XR Talks is a series that features the best presentations and educational videos from the XR universe. It includes embedded video, as well as narrative analysis and top takeaways. Speakers’ opinions are their own.

One of the most anticipated and potentially-useful forms of AR has been Google’s VPS walking directions. But its lesser-known backstory likewise offers value in the form of lessons for AR interaction design. Google broke this down as a sort of PSA at its I/O event (video below).

“Our vision-based approach works similar to how humans orient and navigate — by recognizing familiar features and landmarks,” said Google’s Joanna Kim. “Solving this has been one of the most technically-challenging projects that I’ve been a part of during my eight years at Google.”

As background, most AR works by first localizing to calculate where the device is in space. It can only map its environment, overlay graphics and track them if it knows where it is in relation. In mobile AR, this happens through a combination of GPS and inertial measurement (IMU).

But both can have issues. You’ve probably noticed that blue dot in Google Maps isn’t always on target. For example, in urban areas where satellite signals bounce off buildings, it creates more time and distance between the device and the satellite, causing imprecise location calculation.

“When calculating distances to satellites, it requires estimating how much time has passed since the signal left the satellite,” said Google’s Jeremy Pack “But when you’re talking about signals moving at the speed of light, even a nanosecond of error results in miscalculating by a foot.”

This is an issue when that blue dot on Google is a city block away from where it should be. But it’s an even bigger issue for AR because informational overlays need millimeter-level precision… especially if they’re telling you where to walk in high-traffic areas. That’s’ where the IMU kicks in.

The IMU includes an accelerometer, magnetometer (compass) and gyroscope. They measure time and distance between several points to calculate the device’s orientation. This is known as inertial odometry, But here too, small errors can occur, then amplify as movement continues.

“So this type of inertial odometry that’s tracking the movement of something through space using inertial sensors needs additional signals to keep it anchored,” said Pack. “[That’s] to keep it working well over time, and to keep accurately estimating your position.”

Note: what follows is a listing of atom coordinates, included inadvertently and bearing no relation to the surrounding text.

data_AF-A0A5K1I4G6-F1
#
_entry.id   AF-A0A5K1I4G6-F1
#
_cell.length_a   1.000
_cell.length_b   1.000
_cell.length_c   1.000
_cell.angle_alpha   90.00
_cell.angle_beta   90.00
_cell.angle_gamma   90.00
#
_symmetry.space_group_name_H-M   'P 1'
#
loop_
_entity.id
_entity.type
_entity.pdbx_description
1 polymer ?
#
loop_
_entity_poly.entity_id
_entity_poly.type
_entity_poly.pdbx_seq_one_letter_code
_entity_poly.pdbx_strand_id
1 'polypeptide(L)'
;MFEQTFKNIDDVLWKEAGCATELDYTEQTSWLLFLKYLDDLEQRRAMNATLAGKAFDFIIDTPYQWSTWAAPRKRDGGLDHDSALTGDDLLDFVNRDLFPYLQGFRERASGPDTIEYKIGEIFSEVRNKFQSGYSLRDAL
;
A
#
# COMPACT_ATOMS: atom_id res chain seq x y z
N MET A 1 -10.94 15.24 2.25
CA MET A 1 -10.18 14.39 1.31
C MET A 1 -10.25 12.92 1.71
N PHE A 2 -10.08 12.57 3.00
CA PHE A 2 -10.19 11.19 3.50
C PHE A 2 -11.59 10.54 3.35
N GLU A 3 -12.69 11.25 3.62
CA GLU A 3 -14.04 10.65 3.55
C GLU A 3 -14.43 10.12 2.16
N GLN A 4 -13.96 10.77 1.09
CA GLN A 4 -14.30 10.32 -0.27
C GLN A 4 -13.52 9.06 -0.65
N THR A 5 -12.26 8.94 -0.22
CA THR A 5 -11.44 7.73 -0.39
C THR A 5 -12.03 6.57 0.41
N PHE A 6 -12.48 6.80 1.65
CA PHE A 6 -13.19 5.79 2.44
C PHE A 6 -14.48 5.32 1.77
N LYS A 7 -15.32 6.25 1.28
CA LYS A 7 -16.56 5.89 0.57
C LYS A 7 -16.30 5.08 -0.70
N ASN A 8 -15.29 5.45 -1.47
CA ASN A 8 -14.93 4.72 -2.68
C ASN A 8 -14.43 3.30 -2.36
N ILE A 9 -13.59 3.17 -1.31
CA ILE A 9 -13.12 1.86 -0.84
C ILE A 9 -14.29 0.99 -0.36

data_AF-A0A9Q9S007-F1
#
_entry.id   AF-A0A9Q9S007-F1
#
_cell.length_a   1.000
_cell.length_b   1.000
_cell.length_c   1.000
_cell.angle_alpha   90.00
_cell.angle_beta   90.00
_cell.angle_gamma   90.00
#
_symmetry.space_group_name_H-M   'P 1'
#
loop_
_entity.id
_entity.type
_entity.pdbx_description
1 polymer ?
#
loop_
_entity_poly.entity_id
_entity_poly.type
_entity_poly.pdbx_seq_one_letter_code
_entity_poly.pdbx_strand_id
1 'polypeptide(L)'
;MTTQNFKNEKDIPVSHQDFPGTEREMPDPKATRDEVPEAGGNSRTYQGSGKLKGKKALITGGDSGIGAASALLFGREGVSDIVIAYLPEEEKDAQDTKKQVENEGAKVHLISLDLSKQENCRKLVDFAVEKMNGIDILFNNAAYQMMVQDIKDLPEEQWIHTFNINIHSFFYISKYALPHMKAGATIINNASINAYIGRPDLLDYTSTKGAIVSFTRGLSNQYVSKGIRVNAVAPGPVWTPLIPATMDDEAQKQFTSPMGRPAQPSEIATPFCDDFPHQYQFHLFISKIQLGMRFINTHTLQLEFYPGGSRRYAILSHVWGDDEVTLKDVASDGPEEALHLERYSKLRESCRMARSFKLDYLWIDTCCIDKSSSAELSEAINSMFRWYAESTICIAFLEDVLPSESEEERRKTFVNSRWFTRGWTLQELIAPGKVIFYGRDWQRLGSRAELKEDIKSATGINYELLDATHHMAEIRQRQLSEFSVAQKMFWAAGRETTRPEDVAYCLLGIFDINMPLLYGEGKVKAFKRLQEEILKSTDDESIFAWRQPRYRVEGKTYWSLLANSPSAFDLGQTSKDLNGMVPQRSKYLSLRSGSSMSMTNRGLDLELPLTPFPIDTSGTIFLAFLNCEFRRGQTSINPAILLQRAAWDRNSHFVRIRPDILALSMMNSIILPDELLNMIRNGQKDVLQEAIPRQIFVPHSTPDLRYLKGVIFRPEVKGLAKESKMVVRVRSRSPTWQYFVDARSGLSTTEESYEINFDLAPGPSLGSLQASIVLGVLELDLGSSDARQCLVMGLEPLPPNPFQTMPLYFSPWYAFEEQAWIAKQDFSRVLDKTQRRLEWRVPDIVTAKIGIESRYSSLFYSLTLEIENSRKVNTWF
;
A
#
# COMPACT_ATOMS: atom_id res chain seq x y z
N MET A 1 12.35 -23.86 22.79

Here Google figured out a clever hack, which is to supplement these two sources of localization with another sensor: the camera. As it first pioneered years ago with Tango, the camera can further localize AR devices by recognizing their position visually and correct IMU drifts.

“We can use the camera in a smartphone to detect visual features in the scene around us,” said Pack. “Think: corners of chairs, text on the wall, texture on the floor… and use those to anchor these inertial calculations. Then we can correct for the errors in the inertial sensors over time.”

And that brings us back to mapping and navigation: Google already has a robust image database by which to perform this real-world visual positioning: Street View. This visual database is well-aligned with VPS’ intended use due to its geographic coverage of the areas where one might walk.

“We could actually precompute a map using imagery that we’ve collected around the world [from] Street View,” said Pack. “We could use an image from that same camera… match it against the Street View visual features… and precisely position and orient that device in the real world.”

Add it all up and that’s how VPS works. But that only covers the underlying technology and localization dynamics. The other half of the battle is a front-end interface that’s optimized and human-readable. And the challenge there is that it’s unchartered territory with no prior playbook.

“They’re all things that we had to learn the hard way, so we hope that you enjoy them, because wehad to fail a lot of times to actually get to this,” said Kim. We’ll be back in part II of this series to examine that second half of the battle: prototyping and iterating the AR interaction design.

See the full session video below and stay tuned for next week’s deep dive on the second half.

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Header image credit: Google